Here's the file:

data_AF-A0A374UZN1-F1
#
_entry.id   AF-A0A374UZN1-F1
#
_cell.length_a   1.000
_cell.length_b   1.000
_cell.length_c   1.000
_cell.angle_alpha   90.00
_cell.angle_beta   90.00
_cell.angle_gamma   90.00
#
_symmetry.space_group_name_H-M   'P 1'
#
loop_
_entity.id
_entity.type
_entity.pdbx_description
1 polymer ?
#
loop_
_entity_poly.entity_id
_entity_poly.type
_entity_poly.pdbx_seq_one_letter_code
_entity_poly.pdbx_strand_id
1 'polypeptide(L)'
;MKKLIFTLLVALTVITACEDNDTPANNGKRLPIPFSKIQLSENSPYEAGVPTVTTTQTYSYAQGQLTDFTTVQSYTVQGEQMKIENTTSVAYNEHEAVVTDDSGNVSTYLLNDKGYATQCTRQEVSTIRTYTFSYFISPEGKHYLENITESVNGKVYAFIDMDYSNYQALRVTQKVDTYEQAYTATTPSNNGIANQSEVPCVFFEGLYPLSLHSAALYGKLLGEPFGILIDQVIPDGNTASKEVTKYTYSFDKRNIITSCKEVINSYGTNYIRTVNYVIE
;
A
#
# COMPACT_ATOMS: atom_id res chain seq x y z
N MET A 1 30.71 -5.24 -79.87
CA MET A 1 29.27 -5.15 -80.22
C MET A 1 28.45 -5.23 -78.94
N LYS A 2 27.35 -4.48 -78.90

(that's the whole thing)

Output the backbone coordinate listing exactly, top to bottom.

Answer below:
data_AF-A0A374UZN1-F1
#
_entry.id   AF-A0A374UZN1-F1
#
_cell.length_a   1.000
_cell.length_b   1.000
_cell.length_c   1.000
_cell.angle_alpha   90.00
_cell.angle_beta   90.00
_cell.angle_gamma   90.00
#
_symmetry.space_group_name_H-M   'P 1'
#
loop_
_entity.id
_entity.type
_entity.pdbx_description
1 polymer ?
#
loop_
_entity_poly.entity_id
_entity_poly.type
_entity_poly.pdbx_seq_one_letter_code
_entity_poly.pdbx_strand_id
1 'polypeptide(L)'
;MKKLIFTLLVALTVITACEDNDTPANNGKRLPIPFSKIQLSENSPYEAGVPTVTTTQTYSYAQGQLTDFTTVQSYTVQGEQMKIENTTSVAYNEHEAVVTDDSGNVSTYLLNDKGYATQCTRQEVSTIRTYTFSYFISPEGKHYLENITESVNGKVYAFIDMDYSNYQALRVTQKVDTYEQAYTATTPSNNGIANQSEVPCVFFEGLYPLSLHSAALYGKLLGEPFGILIDQVIPDGNTASKEVTKYTYSFDKRNIITSCKEVINSYGTNYIRTVNYVIE
;
A
#
# COMPACT_ATOMS: atom_id res chain seq x y z
N MET A 1 30.71 -5.24 -79.87
CA MET A 1 29.27 -5.15 -80.22
C MET A 1 28.45 -5.23 -78.94
N LYS A 2 27.35 -4.48 -78.90